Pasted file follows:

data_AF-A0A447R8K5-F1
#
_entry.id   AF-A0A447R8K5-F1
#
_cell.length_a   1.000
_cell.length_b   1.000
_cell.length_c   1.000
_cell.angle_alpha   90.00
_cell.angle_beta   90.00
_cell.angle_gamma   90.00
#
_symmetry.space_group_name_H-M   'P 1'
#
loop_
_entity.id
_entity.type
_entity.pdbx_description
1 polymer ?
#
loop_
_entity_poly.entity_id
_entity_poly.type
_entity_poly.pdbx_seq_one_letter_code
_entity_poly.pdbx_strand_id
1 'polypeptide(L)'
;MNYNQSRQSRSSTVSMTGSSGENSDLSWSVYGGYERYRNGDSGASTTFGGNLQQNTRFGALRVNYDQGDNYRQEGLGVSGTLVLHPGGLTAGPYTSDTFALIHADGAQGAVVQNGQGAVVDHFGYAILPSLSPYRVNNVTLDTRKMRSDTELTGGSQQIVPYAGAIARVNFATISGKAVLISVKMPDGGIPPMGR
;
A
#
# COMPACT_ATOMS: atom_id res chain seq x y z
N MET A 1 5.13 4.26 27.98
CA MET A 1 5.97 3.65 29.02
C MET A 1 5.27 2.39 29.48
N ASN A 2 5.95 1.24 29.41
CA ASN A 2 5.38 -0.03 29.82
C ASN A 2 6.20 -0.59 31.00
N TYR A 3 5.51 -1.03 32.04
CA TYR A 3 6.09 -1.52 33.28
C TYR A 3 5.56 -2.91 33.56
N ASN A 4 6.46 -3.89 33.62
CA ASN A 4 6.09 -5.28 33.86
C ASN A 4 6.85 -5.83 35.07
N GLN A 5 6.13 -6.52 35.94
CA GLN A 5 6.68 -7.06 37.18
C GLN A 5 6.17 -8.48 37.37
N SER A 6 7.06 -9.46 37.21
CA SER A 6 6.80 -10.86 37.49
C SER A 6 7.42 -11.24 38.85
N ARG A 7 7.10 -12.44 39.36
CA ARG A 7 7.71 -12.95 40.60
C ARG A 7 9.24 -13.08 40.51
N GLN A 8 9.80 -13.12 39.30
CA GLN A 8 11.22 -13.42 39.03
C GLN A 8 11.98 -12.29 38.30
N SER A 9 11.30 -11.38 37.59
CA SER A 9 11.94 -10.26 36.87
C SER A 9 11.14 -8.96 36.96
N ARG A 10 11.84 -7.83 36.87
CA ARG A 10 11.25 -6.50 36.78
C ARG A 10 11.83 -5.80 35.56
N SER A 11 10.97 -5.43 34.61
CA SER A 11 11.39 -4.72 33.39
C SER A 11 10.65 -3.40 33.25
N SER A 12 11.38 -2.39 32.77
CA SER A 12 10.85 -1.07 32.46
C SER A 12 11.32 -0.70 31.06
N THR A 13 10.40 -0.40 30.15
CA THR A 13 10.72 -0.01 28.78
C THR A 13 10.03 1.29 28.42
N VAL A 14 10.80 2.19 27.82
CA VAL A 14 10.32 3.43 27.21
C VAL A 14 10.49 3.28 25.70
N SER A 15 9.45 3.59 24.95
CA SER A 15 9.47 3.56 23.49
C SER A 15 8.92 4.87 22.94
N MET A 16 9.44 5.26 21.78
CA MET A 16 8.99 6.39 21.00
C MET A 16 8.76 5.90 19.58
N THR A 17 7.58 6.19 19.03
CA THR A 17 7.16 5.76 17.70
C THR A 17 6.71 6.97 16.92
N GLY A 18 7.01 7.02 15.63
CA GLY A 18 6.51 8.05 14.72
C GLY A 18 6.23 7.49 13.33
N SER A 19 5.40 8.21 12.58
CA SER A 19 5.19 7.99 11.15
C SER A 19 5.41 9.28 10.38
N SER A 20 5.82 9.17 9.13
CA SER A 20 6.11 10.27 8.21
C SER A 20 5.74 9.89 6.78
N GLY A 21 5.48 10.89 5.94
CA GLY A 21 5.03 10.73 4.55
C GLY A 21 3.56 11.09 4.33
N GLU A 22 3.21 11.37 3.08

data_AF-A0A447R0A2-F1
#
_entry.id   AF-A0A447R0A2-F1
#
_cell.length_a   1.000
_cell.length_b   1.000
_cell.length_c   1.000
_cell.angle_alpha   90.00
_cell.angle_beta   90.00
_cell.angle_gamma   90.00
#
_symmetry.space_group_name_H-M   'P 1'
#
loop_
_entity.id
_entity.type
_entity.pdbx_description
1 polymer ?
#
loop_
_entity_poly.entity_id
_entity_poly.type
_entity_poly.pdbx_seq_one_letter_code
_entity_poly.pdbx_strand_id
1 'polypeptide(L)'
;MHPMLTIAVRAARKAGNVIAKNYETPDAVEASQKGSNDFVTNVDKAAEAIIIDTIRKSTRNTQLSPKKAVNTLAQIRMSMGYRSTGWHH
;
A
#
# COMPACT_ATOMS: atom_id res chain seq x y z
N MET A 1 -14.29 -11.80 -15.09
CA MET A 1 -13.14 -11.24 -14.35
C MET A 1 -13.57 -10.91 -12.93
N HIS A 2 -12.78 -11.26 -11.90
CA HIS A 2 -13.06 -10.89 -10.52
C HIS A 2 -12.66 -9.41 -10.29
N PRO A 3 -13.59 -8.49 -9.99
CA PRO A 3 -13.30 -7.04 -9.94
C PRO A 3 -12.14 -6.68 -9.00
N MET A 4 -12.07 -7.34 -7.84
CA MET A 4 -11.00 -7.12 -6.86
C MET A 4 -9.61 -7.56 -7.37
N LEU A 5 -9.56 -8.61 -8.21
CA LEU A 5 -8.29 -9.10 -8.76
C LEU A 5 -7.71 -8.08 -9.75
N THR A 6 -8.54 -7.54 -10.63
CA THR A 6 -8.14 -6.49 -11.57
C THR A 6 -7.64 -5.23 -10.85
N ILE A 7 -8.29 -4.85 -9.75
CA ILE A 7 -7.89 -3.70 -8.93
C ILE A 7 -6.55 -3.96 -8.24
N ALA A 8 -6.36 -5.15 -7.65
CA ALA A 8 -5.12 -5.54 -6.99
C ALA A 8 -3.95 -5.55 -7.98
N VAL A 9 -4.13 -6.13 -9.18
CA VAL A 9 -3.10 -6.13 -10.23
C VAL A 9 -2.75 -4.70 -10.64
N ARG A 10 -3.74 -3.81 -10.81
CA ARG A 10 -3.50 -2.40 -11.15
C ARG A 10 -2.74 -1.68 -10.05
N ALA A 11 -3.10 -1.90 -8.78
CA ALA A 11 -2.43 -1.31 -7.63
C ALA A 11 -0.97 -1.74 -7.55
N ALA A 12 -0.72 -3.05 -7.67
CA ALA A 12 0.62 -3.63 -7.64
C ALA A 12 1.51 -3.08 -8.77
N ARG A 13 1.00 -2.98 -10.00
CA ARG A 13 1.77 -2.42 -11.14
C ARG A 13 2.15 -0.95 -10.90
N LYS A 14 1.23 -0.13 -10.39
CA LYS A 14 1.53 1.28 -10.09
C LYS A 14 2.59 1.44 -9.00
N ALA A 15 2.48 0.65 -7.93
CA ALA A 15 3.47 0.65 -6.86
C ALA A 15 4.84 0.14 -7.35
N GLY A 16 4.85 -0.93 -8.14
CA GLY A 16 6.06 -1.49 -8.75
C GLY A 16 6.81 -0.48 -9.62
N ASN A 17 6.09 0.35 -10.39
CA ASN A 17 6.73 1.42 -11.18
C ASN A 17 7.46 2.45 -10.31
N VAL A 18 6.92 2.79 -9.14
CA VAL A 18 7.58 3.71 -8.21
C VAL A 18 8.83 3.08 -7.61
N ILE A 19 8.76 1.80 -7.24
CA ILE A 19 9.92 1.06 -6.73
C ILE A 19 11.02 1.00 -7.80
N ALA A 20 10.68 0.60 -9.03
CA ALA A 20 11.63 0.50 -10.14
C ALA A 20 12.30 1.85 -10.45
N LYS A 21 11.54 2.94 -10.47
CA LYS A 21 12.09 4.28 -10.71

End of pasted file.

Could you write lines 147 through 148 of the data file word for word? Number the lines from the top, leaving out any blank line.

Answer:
CA ALA A 8 -5.12 -5.54 -6.99
C ALA A 8 -3.95 -5.55 -7.98